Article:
“Quite honestly, you don’t give yourself any further protections at law for having put those documents in place,” says Susan Hackett, CEO of law practice management consulting agency Legal Executive Leadership.
Nondisclosure agreements are having a moment. And it’s not a particularly good one.
Harvey Weinstein, now serving a 23-year prison sentence, used confidentiality contracts in an attempt to keep his sexual assault victims quiet. His case—and other similar cases—spurred #MeToo-related legislative proposals throughout the country to ban NDAs related to sexual assault, harassment and discrimination claims.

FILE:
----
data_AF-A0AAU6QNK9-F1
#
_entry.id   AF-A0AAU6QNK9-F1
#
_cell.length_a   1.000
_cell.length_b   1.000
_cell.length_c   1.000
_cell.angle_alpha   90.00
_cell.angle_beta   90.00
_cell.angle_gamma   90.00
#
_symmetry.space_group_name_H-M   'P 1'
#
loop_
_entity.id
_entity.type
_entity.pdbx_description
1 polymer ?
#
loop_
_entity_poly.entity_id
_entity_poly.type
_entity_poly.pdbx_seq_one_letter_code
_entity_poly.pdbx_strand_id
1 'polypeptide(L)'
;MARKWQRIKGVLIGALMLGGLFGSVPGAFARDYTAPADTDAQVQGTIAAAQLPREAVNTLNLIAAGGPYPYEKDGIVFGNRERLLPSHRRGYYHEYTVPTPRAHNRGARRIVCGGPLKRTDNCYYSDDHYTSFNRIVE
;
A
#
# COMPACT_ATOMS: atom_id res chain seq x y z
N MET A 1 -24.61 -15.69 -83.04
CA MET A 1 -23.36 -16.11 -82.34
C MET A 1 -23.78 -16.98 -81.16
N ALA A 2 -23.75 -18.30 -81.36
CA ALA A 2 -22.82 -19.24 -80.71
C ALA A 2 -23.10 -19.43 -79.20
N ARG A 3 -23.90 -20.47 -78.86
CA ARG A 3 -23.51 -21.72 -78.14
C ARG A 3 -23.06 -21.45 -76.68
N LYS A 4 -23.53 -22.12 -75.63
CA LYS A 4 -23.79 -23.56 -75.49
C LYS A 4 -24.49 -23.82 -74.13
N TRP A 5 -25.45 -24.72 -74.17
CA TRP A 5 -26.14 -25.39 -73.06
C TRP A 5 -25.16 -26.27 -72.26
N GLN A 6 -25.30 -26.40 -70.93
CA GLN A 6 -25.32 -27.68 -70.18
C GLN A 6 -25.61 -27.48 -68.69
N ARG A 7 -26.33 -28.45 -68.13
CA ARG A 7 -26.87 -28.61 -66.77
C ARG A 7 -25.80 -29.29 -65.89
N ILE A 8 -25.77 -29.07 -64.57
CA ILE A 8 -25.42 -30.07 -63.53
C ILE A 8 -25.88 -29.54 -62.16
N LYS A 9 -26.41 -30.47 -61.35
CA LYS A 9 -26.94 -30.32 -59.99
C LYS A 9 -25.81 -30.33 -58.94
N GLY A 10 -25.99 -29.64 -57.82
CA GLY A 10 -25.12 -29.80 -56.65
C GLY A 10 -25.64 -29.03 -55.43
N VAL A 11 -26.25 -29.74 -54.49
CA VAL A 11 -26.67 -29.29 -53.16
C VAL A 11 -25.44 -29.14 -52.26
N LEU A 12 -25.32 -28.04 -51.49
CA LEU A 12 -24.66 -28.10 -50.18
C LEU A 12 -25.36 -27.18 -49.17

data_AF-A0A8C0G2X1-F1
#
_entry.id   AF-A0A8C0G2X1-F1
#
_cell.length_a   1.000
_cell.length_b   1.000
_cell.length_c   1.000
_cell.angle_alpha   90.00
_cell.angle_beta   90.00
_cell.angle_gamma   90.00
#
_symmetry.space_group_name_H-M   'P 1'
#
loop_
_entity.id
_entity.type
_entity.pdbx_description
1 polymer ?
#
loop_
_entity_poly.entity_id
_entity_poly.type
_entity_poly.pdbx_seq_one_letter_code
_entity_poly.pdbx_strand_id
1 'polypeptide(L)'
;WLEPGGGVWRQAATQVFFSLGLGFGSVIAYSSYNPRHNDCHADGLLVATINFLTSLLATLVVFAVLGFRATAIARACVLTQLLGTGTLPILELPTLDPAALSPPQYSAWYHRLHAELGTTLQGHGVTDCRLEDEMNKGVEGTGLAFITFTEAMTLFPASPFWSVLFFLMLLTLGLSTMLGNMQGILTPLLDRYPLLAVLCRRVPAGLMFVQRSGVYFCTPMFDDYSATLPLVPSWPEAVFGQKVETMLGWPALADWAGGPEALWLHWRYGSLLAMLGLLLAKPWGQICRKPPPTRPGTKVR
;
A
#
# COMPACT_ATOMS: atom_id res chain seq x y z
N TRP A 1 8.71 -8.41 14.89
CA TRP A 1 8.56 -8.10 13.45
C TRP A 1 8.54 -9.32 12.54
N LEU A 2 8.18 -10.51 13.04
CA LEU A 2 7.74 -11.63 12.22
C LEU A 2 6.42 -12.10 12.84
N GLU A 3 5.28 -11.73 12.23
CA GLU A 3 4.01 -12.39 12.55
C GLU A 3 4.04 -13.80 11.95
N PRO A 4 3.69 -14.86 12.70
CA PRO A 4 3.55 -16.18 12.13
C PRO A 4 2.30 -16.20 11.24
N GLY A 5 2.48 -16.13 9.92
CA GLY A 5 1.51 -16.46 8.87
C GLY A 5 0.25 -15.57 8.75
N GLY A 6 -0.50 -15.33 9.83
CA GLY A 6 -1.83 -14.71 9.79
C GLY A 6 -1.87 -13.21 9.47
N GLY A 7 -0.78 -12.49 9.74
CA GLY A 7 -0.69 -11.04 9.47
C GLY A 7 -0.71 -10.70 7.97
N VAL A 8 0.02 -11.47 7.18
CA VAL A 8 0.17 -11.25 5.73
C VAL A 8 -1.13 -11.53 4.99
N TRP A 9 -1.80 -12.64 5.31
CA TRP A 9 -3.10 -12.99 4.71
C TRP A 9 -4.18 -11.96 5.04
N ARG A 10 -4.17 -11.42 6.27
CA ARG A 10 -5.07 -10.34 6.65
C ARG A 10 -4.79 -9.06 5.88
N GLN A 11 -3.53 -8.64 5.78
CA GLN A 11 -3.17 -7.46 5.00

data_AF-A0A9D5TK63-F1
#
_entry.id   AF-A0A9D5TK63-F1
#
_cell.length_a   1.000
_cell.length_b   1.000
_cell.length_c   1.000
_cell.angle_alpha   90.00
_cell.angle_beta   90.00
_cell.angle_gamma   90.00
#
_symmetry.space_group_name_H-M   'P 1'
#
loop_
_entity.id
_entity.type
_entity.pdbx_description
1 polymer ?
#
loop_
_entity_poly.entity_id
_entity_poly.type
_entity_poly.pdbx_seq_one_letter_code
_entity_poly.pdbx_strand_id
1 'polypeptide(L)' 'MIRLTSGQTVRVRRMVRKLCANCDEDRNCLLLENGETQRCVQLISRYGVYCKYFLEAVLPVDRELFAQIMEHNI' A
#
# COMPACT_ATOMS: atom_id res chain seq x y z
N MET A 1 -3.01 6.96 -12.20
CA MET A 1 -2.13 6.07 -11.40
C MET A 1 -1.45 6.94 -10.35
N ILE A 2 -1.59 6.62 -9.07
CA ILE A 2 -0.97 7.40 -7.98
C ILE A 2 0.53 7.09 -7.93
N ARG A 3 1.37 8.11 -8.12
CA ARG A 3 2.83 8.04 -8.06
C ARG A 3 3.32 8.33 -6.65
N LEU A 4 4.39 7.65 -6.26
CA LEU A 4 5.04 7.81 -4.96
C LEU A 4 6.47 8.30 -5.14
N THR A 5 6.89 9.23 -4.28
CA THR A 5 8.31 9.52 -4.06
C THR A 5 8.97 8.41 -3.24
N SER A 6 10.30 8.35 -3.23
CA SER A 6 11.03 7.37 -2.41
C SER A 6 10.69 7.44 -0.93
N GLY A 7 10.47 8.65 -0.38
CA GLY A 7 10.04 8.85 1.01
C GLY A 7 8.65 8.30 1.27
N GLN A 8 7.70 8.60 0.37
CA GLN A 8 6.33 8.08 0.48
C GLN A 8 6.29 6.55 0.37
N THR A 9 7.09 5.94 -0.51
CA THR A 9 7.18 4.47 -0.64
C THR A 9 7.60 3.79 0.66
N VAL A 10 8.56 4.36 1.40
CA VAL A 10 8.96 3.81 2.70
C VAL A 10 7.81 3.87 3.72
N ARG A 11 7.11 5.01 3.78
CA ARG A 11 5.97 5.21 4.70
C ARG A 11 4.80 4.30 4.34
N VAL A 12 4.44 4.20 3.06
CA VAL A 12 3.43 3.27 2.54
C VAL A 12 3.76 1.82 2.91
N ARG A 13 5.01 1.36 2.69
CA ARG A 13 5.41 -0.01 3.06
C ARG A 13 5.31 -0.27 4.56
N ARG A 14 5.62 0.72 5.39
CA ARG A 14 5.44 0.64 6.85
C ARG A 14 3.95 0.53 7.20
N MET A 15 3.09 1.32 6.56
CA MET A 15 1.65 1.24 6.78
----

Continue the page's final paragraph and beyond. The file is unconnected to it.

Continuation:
More recently, the Justice Department cited a secrecy agreement in its attempt to block former national security adviser John Bolton from publishing a memoir, “The Room Where It Happened,” about his time with the Trump administration. The government’s Corporate Counsel 3 argument has sparked new scrutiny over how NDAs are wielded to keep former employees silent.
Offered Free by: LAW.COM Corporate Counsel
See All Resources from: LAW.COM Corporate Counsel
This download should complete shortly. If the resource doesn't automatically download, please, click here.